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Advanced Electric Machines develops 'most sustainable motor in the world'

A new motor design that eliminates the need for expensive rare earth magnets, allowing it to be much more easily recycled, has been developed in the UK.



Advanced Electric Machines (AEM), a spin-out from Newcastle University, has developed the HDSRM (High-Density Switched Reluctance Machine), which it claims is the most sustainable motor in the world.

The motor technology, which the company is presenting this week at the JSAE Spring Congress in Japan with support from the UK’s Advanced Propulsion Centre, is designed for use in hybrid, range-extended and electric commercial vehicles.

Conventional traction motors used in the automotive industry are based on the use of rare earth magnets, according to Dr James Widmer, CEO of AEM. But these are expensive and need to be removed before the motor can be recycled, in order to recover some of their cost, while there are also concerns about the availability of supply, said Widmer.

“If you are starting to consider electric vehicles being manufactured in larger and larger volumes, it makes a great deal of sense to try to eliminate these materials altogether,” he said.

There are also technical drawbacks to the use of rare earth magnets in motors. When their temperature reaches over around 150oC, for example, they can de-magnetise, said Widmer.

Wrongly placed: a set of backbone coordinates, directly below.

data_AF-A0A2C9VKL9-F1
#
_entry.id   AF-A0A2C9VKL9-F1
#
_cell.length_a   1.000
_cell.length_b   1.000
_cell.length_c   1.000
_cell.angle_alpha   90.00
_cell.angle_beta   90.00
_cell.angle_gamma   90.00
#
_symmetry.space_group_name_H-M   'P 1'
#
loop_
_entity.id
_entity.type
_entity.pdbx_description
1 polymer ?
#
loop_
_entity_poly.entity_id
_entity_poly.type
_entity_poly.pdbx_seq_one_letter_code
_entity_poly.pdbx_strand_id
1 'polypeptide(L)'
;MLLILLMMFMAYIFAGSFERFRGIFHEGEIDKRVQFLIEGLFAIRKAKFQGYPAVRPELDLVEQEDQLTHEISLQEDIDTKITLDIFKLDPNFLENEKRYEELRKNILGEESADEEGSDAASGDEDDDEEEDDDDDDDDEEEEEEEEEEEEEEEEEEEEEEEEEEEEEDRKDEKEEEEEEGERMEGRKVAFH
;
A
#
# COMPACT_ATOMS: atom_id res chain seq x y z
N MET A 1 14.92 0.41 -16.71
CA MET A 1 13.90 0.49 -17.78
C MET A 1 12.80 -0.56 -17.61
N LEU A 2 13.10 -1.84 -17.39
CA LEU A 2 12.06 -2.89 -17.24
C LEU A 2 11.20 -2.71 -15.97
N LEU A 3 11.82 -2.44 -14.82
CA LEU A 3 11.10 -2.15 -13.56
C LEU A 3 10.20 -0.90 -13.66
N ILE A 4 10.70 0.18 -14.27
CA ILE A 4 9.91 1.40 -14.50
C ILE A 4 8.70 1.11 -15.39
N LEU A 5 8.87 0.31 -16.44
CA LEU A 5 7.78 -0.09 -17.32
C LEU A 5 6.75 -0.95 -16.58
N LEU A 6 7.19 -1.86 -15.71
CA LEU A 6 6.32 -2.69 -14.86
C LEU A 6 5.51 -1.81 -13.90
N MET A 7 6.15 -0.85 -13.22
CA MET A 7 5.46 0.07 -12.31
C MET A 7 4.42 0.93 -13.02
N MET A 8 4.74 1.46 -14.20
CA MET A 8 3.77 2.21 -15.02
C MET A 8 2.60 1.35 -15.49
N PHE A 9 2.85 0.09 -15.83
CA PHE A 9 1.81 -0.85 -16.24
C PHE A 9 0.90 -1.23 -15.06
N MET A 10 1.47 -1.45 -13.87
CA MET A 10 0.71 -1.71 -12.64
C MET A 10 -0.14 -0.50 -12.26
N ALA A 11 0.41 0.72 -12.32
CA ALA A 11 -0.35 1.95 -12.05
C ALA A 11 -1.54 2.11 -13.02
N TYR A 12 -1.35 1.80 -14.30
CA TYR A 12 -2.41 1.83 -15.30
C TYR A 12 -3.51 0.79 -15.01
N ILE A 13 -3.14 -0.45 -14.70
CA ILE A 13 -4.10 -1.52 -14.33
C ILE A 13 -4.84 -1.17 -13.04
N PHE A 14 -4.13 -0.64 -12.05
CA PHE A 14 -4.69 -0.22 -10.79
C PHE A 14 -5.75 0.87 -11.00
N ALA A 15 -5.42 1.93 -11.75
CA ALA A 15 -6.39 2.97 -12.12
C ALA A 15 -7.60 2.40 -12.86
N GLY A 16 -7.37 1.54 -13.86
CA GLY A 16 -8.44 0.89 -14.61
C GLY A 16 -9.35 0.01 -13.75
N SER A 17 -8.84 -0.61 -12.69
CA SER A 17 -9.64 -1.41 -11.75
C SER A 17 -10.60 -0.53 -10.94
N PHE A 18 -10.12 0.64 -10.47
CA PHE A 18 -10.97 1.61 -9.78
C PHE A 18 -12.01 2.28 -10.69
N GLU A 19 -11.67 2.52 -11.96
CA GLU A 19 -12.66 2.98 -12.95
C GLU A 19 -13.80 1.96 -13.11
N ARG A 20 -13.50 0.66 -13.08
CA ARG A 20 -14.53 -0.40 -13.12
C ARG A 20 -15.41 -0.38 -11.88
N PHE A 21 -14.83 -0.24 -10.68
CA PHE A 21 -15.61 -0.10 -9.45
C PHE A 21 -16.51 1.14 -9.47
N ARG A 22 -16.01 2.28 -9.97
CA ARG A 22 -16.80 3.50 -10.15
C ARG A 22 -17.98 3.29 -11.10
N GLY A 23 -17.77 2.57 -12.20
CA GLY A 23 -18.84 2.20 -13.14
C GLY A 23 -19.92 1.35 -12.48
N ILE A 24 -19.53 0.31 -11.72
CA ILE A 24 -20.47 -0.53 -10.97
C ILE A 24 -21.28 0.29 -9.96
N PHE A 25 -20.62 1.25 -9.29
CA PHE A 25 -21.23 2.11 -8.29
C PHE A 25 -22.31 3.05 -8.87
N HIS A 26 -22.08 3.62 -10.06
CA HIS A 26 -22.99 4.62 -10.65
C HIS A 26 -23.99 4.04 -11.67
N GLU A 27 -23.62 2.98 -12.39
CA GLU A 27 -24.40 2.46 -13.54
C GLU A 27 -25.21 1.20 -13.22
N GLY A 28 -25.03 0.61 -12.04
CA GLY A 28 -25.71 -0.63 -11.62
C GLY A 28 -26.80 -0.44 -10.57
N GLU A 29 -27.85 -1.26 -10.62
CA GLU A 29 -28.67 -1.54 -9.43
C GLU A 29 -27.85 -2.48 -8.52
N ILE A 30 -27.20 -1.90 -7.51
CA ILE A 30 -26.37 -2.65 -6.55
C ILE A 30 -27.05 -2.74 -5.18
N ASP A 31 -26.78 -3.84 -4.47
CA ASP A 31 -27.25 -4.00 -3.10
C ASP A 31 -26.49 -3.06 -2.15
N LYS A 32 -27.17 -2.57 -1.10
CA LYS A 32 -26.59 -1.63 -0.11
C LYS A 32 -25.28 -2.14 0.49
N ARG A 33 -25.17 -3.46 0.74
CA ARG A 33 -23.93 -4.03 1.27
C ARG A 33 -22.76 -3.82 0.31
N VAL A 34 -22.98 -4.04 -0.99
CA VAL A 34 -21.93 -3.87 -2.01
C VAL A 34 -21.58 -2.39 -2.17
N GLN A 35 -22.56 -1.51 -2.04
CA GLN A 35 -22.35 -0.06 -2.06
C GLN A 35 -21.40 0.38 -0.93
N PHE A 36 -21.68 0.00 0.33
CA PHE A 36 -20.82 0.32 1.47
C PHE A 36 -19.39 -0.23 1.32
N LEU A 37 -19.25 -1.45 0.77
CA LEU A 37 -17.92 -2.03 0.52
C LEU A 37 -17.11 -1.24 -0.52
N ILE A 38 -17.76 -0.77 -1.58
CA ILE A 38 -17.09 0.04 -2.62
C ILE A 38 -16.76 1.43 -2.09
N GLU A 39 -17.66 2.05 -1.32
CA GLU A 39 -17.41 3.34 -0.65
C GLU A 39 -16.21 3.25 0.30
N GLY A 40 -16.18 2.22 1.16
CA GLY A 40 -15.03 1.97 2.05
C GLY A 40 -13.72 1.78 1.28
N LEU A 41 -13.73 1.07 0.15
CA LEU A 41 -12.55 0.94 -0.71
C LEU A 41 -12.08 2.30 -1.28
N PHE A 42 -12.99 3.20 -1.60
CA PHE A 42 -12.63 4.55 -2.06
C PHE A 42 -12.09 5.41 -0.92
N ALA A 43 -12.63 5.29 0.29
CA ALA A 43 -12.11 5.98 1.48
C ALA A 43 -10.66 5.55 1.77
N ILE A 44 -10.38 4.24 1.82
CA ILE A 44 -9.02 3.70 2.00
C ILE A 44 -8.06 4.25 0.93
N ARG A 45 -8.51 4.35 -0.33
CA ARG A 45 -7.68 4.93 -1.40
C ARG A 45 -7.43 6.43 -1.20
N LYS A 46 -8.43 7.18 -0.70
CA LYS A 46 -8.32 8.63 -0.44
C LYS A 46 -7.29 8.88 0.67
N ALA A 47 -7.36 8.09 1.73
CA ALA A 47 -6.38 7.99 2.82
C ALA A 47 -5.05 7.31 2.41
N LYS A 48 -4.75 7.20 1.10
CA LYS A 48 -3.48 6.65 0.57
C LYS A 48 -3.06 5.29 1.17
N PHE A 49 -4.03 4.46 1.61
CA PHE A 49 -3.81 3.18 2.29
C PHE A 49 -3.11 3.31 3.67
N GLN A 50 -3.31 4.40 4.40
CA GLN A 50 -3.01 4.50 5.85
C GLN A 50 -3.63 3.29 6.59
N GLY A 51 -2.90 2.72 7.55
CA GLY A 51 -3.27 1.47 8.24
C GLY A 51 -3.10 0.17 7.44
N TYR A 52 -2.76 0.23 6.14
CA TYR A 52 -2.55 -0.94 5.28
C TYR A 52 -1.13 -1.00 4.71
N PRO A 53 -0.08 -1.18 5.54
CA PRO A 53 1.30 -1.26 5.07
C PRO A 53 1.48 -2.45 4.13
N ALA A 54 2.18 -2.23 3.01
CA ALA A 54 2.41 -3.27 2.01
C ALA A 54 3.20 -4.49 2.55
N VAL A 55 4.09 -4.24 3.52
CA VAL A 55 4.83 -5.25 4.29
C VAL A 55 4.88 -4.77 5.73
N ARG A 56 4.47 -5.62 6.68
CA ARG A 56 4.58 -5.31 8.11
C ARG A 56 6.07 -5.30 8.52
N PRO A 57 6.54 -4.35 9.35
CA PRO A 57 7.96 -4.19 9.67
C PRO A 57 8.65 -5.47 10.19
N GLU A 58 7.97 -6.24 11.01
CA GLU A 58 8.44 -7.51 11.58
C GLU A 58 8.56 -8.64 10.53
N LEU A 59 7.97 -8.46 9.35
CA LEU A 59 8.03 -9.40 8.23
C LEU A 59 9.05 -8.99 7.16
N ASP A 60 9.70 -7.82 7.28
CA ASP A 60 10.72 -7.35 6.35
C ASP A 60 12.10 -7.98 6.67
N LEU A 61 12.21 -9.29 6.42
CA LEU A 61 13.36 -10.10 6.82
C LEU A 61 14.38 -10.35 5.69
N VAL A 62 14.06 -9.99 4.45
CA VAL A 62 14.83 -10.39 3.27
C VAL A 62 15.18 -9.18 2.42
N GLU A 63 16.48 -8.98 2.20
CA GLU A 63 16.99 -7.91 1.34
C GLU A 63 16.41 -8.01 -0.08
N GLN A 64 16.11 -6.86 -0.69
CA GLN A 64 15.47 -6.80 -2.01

“So in a hybrid vehicle, when you want to cool the motor with the same coolant that is being used for the internal combustion engine, and the temperature of that coolant is over 100 oC, it gets very difficult to make the magnet work robustly and reliably,” he said.

By eliminating rare earth magnets, the new motor can be very closely integrated with the internal combustion engine, including sharing the coolant. This simplifies the vehicle’s powertrain.

The technology is based on a switched reluctance motor, a type of motor in which power is delivered to windings in the stator rather than the rotor, but unlike existing designs the new device has a different drive configuration.

Unlike a conventional switch reluctance motor, for example, which needs specialist electronic equipment to allow it to operate, the new design uses an off-the-shelf inverter, making it cheaper to produce.

The company has also developed a more advanced motor that incorporates technology to allow the copper in the windings to be replaced with aluminium with no loss in performance, according to Mike Woodcock, strategy director at AEM.

This reduces the weight and cost of the system, and also means it can be recycled more easily. Copper is a contaminant in the steel recycling process, meaning it must be removed before the motor can be melted down.